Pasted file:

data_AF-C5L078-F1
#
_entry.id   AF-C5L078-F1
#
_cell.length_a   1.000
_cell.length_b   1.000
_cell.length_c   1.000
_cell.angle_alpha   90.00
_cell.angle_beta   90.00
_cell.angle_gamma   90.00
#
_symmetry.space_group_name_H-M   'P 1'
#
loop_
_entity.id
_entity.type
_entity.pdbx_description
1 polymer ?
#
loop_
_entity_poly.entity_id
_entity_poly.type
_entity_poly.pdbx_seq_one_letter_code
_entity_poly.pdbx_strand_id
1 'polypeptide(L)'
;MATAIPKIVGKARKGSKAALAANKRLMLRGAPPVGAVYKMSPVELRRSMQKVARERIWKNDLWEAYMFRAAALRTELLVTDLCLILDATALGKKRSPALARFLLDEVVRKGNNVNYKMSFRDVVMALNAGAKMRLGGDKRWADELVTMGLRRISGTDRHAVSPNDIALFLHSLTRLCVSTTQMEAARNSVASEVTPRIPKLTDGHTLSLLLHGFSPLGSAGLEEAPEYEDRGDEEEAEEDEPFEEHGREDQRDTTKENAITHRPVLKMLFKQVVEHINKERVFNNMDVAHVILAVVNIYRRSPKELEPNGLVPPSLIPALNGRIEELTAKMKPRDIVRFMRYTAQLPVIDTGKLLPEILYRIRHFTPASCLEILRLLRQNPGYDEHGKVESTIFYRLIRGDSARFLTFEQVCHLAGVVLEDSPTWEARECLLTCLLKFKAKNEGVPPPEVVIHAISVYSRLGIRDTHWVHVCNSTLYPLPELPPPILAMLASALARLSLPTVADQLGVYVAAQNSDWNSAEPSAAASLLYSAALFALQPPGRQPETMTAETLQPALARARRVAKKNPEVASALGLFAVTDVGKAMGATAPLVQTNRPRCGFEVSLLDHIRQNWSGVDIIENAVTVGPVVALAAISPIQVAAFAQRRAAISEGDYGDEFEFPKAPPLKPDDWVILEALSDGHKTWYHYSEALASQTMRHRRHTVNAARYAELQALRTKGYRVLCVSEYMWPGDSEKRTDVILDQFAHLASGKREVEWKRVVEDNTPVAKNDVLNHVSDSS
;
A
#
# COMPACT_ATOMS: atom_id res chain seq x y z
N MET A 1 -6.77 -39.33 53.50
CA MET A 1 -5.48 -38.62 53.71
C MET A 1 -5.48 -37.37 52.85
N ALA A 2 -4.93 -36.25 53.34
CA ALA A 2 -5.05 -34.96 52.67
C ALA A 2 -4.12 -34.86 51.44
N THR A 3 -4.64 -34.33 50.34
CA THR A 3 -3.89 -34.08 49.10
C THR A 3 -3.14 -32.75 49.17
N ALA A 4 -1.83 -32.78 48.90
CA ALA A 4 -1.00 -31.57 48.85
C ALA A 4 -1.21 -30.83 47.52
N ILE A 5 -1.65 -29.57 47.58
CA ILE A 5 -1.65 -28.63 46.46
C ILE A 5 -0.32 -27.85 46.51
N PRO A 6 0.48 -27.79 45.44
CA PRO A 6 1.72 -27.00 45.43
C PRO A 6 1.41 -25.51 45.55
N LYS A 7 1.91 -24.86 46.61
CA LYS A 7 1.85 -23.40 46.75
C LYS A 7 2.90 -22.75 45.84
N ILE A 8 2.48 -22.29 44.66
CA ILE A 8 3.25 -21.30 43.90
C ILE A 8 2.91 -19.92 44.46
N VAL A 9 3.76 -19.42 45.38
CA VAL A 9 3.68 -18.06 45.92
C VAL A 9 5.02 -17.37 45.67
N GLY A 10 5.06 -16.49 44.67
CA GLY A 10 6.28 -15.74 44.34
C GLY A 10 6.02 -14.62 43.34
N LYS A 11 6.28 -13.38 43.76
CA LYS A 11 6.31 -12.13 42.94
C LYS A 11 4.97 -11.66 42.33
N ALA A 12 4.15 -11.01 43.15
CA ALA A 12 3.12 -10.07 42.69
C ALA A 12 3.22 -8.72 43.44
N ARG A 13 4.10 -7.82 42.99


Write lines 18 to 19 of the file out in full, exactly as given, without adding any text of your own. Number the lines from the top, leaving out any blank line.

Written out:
1 polymer ?
#